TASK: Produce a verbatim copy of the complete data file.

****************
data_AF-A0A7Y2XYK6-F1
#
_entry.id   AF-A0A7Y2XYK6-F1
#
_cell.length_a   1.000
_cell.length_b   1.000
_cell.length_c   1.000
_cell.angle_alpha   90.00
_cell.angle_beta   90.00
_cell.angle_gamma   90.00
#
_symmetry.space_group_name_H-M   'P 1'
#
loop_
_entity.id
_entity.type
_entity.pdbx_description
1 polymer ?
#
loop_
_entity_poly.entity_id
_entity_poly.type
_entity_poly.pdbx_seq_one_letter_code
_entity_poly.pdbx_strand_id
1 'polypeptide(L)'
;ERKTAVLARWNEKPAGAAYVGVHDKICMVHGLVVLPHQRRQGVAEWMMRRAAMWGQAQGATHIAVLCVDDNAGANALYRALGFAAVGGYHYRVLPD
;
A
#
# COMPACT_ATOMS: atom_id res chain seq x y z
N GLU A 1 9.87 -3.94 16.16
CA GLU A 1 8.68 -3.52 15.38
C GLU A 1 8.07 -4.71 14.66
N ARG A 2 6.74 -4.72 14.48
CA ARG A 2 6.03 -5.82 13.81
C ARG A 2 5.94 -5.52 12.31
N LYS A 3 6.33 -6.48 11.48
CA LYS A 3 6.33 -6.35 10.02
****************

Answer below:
data_AF-A0A7Y2XYK6-F1
#
_entry.id   AF-A0A7Y2XYK6-F1
#
_cell.length_a   1.000
_cell.length_b   1.000
_cell.length_c   1.000
_cell.angle_alpha   90.00
_cell.angle_beta   90.00
_cell.angle_gamma   90.00
#
_symmetry.space_group_name_H-M   'P 1'
#
loop_
_entity.id
_entity.type
_entity.pdbx_description
1 polymer ?
#
loop_
_entity_poly.entity_id
_entity_poly.type
_entity_poly.pdbx_seq_one_letter_code
_entity_poly.pdbx_strand_id
1 'polypeptide(L)'
;ERKTAVLARWNEKPAGAAYVGVHDKICMVHGLVVLPHQRRQGVAEWMMRRAAMWGQAQGATHIAVLCVDDNAGANALYRALGFAAVGGYHYRVLPD
;
A
#
# COMPACT_ATOMS: atom_id res chain seq x y z
N GLU A 1 9.87 -3.94 16.16
CA GLU A 1 8.68 -3.52 15.38
C GLU A 1 8.07 -4.71 14.66
N ARG A 2 6.74 -4.72 14.48
CA ARG A 2 6.03 -5.82 13.81
C ARG A 2 5.94 -5.52 12.31
N LYS A 3 6.33 -6.48 11.48
CA LYS A 3 6.33 -6.35 10.02